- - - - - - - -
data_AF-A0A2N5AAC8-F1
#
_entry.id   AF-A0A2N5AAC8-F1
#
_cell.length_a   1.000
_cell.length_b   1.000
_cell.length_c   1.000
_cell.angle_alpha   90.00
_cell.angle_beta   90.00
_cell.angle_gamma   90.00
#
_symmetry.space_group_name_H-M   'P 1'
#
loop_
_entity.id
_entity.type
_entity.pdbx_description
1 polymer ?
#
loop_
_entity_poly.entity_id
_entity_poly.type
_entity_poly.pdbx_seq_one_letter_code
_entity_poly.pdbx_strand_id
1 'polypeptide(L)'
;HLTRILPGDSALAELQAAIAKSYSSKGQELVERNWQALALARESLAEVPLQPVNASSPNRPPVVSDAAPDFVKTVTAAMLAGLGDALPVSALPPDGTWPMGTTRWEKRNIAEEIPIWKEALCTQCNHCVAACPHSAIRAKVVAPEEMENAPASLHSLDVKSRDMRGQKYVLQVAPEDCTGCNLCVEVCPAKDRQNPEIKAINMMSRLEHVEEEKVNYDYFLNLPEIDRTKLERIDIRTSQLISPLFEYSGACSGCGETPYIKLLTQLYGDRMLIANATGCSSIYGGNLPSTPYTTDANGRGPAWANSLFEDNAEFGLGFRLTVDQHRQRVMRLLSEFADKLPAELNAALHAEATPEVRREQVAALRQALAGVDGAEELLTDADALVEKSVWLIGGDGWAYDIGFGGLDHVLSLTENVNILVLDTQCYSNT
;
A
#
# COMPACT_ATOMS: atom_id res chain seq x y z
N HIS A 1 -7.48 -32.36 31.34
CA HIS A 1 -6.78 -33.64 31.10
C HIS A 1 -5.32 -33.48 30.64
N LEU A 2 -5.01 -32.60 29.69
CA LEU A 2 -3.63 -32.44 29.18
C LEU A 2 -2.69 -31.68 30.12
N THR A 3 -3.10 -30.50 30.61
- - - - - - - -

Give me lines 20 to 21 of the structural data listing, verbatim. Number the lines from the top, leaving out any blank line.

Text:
loop_
_entity_poly.entity_id